Tuesday, October 06, 2009

eBook Pricing Remians 'A Dog's Dinner' - All Over The Floor

Mark Coker the founder of Smashwords wrote a provocative piece in the Hugffington Post this week entitled ‘Why we need $4 Books’. This raised once more the emotive issue of pricing and sent many to the barricades to defend their respective positions.

Mark’s position is that most books are too expensive which puts their future at risk as they compete with cheaper alternative media. He suggests co-operation across the chain should bring down the cost and rejuvenate the market. He says much more in the support of his theory and suggests that the ebook is a low cost format and therefore the ‘white knight’ riding over the hill to save us all from obsolescence.

What is disturbing is that there is a great difference between geographies, sectors and even title to title and by applying a general brush Cocker hits accord with some and is dismissed by others as naive. The process from manuscript to production, costs money and irrespective of the balance of the renditions sold, each in fact share a great deal of cost. Many cross subsidize each rendition and also factor into the cost used, remaindered, white sales and punts. To say that ebooks cost little, so give them away as mass market paperback, may be right for pulp fiction, but is not for all genre or even all fiction.

The argument that low price generates volume is also questionable. Low cost offers volume by taking market share not necessarily growing the market. If the market is growing only marginally today then it’s fair to assume that Amazon’s growth has come more from taking market share than market growth. The argument the low price creates growth is very questionable and it is usually down to other factors such as availability, accessibility, consumer demand. Price is only part of the mix and it isn’t a driver by itself.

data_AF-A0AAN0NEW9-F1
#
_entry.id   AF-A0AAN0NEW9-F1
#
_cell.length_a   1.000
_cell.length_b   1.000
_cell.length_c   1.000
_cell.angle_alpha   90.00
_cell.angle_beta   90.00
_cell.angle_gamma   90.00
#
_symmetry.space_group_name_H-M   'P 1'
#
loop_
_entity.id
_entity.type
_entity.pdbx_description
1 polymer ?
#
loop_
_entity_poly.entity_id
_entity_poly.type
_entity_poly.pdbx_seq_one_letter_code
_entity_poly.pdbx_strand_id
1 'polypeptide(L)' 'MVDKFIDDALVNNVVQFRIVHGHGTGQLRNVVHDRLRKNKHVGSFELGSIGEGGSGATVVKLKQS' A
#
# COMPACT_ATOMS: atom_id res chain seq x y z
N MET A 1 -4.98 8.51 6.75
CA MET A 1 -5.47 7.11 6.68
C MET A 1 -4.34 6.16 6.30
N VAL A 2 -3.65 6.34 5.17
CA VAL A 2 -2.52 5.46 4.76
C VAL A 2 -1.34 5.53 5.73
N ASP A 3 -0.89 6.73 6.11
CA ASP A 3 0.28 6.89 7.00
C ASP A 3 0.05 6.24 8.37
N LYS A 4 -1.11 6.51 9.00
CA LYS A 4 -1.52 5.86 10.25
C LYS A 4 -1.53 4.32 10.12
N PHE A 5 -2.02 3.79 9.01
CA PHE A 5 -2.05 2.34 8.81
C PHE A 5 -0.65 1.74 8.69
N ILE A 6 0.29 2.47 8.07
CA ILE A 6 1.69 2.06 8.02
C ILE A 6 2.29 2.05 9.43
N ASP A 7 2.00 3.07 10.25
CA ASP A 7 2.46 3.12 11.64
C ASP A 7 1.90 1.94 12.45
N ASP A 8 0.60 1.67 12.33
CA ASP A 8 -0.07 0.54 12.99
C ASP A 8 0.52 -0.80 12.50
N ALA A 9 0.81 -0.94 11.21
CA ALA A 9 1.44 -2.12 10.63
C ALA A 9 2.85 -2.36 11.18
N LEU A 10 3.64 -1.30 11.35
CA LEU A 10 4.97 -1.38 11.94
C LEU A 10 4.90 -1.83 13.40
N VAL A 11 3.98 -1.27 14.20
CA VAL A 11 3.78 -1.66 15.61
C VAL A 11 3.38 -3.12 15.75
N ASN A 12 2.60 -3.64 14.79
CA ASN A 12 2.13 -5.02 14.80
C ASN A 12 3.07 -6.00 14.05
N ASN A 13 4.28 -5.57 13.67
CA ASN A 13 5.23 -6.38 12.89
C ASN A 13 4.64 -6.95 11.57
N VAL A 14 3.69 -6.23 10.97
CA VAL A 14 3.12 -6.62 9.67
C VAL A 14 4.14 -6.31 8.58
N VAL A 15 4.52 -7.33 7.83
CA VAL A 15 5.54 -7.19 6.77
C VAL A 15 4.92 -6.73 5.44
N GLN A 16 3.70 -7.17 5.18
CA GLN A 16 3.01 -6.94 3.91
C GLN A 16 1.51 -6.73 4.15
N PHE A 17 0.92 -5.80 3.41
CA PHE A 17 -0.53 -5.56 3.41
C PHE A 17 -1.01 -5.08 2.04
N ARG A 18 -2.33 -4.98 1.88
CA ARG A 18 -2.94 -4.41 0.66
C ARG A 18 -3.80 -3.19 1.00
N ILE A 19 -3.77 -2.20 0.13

So who controls price today? In the markets without regulation RRP (recommended retail price) is set by the publisher and from this discount determines the price bought with the price sold free to be set be the seller. So using this model we have to ask who sets Mark’s ambitious $4 price point. Is it the RRP, the wholesale price or is it down the retailer? Then we have the inconsistency of tax and we soon have a minefield. We also need to ask what the author thinks and what the impact this has on their royalties.

In a nutshell the article continues to reinforce the view that epricing is all over the floor.

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